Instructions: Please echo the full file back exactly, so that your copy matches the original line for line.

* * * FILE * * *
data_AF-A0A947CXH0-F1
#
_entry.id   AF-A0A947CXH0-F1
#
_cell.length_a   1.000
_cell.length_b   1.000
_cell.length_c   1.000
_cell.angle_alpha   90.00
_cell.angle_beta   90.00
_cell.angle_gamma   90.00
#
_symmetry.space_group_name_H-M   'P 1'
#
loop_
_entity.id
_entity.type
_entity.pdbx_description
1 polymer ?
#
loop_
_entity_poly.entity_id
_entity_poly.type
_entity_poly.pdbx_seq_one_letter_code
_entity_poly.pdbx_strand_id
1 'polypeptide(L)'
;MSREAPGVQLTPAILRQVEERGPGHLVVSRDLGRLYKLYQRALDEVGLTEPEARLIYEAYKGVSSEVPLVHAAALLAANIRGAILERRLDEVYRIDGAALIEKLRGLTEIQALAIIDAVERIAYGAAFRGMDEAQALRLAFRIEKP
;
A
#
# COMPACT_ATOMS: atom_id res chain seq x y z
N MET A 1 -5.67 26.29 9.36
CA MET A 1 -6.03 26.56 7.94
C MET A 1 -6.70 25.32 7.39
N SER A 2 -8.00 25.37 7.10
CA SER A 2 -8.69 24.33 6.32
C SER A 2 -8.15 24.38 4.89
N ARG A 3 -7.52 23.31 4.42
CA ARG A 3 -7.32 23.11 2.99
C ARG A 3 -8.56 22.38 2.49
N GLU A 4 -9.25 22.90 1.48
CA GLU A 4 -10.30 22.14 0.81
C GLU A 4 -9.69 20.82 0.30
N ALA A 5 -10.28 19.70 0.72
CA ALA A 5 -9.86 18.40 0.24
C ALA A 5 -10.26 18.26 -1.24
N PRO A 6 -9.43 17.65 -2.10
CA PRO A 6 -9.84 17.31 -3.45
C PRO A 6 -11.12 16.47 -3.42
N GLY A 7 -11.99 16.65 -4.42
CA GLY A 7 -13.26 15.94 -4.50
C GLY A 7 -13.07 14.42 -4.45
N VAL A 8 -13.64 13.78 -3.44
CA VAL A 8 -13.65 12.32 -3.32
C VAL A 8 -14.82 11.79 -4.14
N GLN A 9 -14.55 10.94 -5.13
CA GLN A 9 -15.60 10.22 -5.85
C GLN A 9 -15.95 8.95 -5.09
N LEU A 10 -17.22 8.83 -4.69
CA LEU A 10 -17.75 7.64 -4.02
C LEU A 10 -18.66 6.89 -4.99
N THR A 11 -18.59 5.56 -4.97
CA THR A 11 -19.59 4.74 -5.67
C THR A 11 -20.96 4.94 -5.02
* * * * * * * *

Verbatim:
data_AF-A0A947CXH0-F1
#
_entry.id   AF-A0A947CXH0-F1
#
_cell.length_a   1.000
_cell.length_b   1.000
_cell.length_c   1.000
_cell.angle_alpha   90.00
_cell.angle_beta   90.00
_cell.angle_gamma   90.00
#
_symmetry.space_group_name_H-M   'P 1'
#
loop_
_entity.id
_entity.type
_entity.pdbx_description
1 polymer ?
#
loop_
_entity_poly.entity_id
_entity_poly.type
_entity_poly.pdbx_seq_one_letter_code
_entity_poly.pdbx_strand_id
1 'polypeptide(L)'
;MSREAPGVQLTPAILRQVEERGPGHLVVSRDLGRLYKLYQRALDEVGLTEPEARLIYEAYKGVSSEVPLVHAAALLAANIRGAILERRLDEVYRIDGAALIEKLRGLTEIQALAIIDAVERIAYGAAFRGMDEAQALRLAFRIEKP
;
A
#
# COMPACT_ATOMS: atom_id res chain seq x y z
N MET A 1 -5.67 26.29 9.36
CA MET A 1 -6.03 26.56 7.94
C MET A 1 -6.70 25.32 7.39
N SER A 2 -8.00 25.37 7.10
CA SER A 2 -8.69 24.33 6.32
C SER A 2 -8.15 24.38 4.89
N ARG A 3 -7.52 23.31 4.42
CA ARG A 3 -7.32 23.11 2.99
C ARG A 3 -8.56 22.38 2.49
N GLU A 4 -9.25 22.90 1.48
CA GLU A 4 -10.30 22.14 0.81
C GLU A 4 -9.69 20.82 0.30
N ALA A 5 -10.28 19.70 0.72
CA ALA A 5 -9.86 18.40 0.24
C ALA A 5 -10.26 18.26 -1.24
N PRO A 6 -9.43 17.65 -2.10
CA PRO A 6 -9.84 17.31 -3.45
C PRO A 6 -11.12 16.47 -3.42
N GLY A 7 -11.99 16.65 -4.42
CA GLY A 7 -13.26 15.94 -4.50
C GLY A 7 -13.07 14.42 -4.45
N VAL A 8 -13.64 13.78 -3.44
CA VAL A 8 -13.65 12.32 -3.32
C VAL A 8 -14.82 11.79 -4.14
N GLN A 9 -14.55 10.94 -5.13
CA GLN A 9 -15.60 10.22 -5.85
C GLN A 9 -15.95 8.95 -5.09
N LEU A 10 -17.22 8.83 -4.69
CA LEU A 10 -17.75 7.64 -4.02
C LEU A 10 -18.66 6.89 -4.99
N THR A 11 -18.59 5.56 -4.97
CA THR A 11 -19.59 4.74 -5.67
C THR A 11 -20.96 4.94 -5.02